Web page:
Deciding on what values to use for testcases

Often when writing tests one value can be as good as any other value. Such as if you need to apply a number within a range from 1-18. 5 might be just as good as 10. In this blog post I will go through some techniques used to find appropriate values for tests - and getting the right coverage for these.

Equivalence classes

Let's go basic. If you have ever studied software testing you are bound to have heard of Equivalence classes or Equivalence partitioning. Equivalence classes are sets of items with elements that are equal in result. They can be ranges, sets or simply booleans (true/false). Meaning in the above mentioned example 5 and 10 would be in the same equivalence class. As they both give the same result - which is that they are acceptable inputs. Therefore they are in the same equivalence class of "valid inputs". In the invalid input equivalence class we have values that are < 1 and > 18. Meaning any values below 1 and above 18 are equally good - if you want an invalid result.

For the above scenario we would have 3 equivalence classes:

Valid

1) < 19 and > 1

Invalid

2) > 18

3) < 1

"Why is > 18 and < 1 split? you are probably wondering. The reason is that this would often be implemented as the following:

if (age <= 18 && age >= 1){
   //OK
} 
else {
   //NOT OK
}

In the above snippet we see two boundaries. One at 1 and one at 18. The values on and within these boundaries are valid and the ones outside are invalid. In order to just test an OK scenario we only need one testcase. We can also test the NOT OK scenario with one test case. But we have only tested for values below 1 or above 18. In order to test both boundaries we need to test both. The programmer might as well have implemented it as:

if (age > 18 || age < 1){
   //NOT OK
} 
else {
   //OK
}

Which requires both invalid testcases for it to test both sides of the if statement. Meaning if we provided the values 0, 5 and 200 we would be using a number in all 3 equivalence classes. Covering them all and thereby having adequate coverage.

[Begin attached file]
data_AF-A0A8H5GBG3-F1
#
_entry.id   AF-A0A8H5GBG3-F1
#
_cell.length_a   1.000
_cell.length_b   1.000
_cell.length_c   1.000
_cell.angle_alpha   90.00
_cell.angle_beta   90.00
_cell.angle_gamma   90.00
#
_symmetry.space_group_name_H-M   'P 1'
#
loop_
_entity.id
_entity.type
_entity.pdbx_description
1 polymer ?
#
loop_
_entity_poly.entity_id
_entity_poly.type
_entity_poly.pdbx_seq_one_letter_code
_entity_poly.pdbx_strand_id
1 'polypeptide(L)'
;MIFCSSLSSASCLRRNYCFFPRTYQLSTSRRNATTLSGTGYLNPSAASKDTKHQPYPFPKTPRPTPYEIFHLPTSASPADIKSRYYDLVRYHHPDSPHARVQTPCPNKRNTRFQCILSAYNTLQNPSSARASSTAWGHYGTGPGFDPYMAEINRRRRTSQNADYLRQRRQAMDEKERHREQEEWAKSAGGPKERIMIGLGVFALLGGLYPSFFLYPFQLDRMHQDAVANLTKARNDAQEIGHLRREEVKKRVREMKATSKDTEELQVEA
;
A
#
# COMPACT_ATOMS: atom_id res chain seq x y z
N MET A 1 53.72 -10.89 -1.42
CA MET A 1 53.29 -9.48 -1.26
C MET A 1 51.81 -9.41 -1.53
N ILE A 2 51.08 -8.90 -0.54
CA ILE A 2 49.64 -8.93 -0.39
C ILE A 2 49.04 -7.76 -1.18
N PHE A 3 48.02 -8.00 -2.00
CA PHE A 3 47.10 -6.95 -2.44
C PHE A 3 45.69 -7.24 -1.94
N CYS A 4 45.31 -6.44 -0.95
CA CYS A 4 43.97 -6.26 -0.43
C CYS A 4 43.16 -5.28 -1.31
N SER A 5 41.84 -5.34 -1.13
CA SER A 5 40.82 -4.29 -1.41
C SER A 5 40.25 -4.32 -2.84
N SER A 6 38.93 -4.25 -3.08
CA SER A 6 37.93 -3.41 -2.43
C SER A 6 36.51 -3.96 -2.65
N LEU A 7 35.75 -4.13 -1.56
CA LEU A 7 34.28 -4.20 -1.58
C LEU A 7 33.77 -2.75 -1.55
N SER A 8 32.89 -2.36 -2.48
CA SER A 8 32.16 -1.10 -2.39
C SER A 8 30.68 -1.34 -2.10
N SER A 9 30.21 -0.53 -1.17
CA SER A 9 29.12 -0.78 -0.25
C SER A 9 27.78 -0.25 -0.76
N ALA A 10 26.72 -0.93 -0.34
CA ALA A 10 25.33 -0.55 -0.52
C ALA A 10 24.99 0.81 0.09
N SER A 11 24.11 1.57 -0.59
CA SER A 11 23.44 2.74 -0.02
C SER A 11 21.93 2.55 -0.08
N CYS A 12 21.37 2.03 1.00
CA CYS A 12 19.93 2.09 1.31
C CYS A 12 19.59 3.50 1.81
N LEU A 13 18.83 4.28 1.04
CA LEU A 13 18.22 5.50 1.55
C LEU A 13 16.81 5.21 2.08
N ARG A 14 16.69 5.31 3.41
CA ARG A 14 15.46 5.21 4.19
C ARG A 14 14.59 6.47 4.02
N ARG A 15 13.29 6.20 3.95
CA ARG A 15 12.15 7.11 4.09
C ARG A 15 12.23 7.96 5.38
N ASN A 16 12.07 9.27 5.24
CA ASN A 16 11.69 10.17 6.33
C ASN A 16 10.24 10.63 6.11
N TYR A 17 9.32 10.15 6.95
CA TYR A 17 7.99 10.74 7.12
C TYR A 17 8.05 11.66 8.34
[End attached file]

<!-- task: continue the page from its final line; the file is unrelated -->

However for ranges (such as our current example) we can apply boundaries values. Meaning we test the boundaries where each of our equivalence classes meet. Meaning that we would have to write tests using 0 (invalid), 1 (valid), 18 (valid) and 19 (invalid).

Item sets and bools

Another type of equivalence classes is item sets. Item sets could be months (values: January, February etc..), weekdays (Monday, Tuesday etc..), Genders (Male/Female) and so on. The rule here is that every item in the set must be placed within different equivalence classes. Meaning they should each have their own testcase. This is due to them often being tested like the following:

If (gender == "Male" || gender == "Female") {
   //OK
} 
else {
   //NOT OK
} 

It could be done in a smarter way than the above. Such as a regular expression or some sort of "contains()" method on a list with the items in it. But I choose the above as it is is more language independent. So for the above example we would have the following Equivalence classes:

Valid

1) Male

2) Female

Invalid

3) Anything not in the set.

In theory there are no invalid equivalence classes in the above. But since the above example was using a string and not an enum there is a chance we might see something not in the set. The pitfall with item sets is that people often test just with one valid and one invalid input. But this does not catch errors where some items was wrongfully implemented as valid or invalid. It also does not test if an item is fully missing.

For bools you only have a true or false input. Meaning you end up with 2 equivalence classes. This is something that people often do not have problems with deciding coverage on (or input values for that matter..)

In short

In short you may use this list as a checklist:

  • For ranges use boundaries. Remember to test both sides of a boundary.
  • For sets test all values.
  • For bools test both true and false.

I hope you enjoyed this post! If you have any comments please write them below!